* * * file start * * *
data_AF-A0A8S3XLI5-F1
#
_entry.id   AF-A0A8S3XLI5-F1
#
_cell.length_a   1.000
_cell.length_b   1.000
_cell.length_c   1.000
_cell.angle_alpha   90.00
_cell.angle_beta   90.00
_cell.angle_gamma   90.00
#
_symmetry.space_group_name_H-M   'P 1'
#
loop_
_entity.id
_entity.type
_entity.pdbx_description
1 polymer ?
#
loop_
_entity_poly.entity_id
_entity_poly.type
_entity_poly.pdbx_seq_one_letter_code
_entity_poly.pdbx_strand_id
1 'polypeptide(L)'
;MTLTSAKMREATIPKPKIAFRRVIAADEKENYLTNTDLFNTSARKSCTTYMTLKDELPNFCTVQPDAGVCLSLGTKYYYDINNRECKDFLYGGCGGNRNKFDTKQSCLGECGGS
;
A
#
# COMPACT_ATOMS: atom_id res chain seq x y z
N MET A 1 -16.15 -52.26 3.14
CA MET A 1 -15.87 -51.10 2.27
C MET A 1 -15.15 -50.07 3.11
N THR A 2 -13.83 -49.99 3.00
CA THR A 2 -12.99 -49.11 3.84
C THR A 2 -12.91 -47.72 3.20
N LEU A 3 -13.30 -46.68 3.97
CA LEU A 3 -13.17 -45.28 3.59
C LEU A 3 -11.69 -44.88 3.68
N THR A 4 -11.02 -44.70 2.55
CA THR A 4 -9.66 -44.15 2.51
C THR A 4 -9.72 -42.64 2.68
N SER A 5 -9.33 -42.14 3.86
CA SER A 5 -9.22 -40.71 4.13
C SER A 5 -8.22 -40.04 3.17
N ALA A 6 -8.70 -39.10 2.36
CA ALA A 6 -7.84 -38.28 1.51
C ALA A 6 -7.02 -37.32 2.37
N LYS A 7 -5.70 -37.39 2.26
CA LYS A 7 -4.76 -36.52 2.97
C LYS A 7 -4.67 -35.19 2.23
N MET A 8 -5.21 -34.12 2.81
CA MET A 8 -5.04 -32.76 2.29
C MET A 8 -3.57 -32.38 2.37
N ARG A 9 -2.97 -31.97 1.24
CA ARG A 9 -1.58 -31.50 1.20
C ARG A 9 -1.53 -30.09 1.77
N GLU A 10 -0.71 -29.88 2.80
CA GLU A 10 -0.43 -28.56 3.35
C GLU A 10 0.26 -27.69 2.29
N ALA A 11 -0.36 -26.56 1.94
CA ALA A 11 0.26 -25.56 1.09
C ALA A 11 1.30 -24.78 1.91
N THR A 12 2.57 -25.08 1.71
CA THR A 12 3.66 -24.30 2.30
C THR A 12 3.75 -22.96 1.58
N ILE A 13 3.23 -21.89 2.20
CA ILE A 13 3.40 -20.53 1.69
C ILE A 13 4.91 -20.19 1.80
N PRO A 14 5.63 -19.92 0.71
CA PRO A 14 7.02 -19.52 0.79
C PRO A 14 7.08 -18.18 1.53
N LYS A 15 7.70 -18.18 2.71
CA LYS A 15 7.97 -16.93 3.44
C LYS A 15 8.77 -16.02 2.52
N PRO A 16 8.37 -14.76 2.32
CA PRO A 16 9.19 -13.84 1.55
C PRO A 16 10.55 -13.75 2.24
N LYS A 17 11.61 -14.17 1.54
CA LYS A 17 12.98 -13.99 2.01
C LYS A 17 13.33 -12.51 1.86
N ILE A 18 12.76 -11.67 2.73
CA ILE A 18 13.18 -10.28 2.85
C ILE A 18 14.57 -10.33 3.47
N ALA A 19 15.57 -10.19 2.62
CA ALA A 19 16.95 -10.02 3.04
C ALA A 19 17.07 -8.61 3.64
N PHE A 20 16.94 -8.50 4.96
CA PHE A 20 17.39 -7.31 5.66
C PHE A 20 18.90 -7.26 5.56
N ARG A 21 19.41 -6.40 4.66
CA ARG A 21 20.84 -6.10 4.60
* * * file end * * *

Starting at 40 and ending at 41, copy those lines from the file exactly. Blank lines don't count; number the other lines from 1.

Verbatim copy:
N THR A 4 -11.02 -44.70 2.55
CA THR A 4 -9.66 -44.15 2.51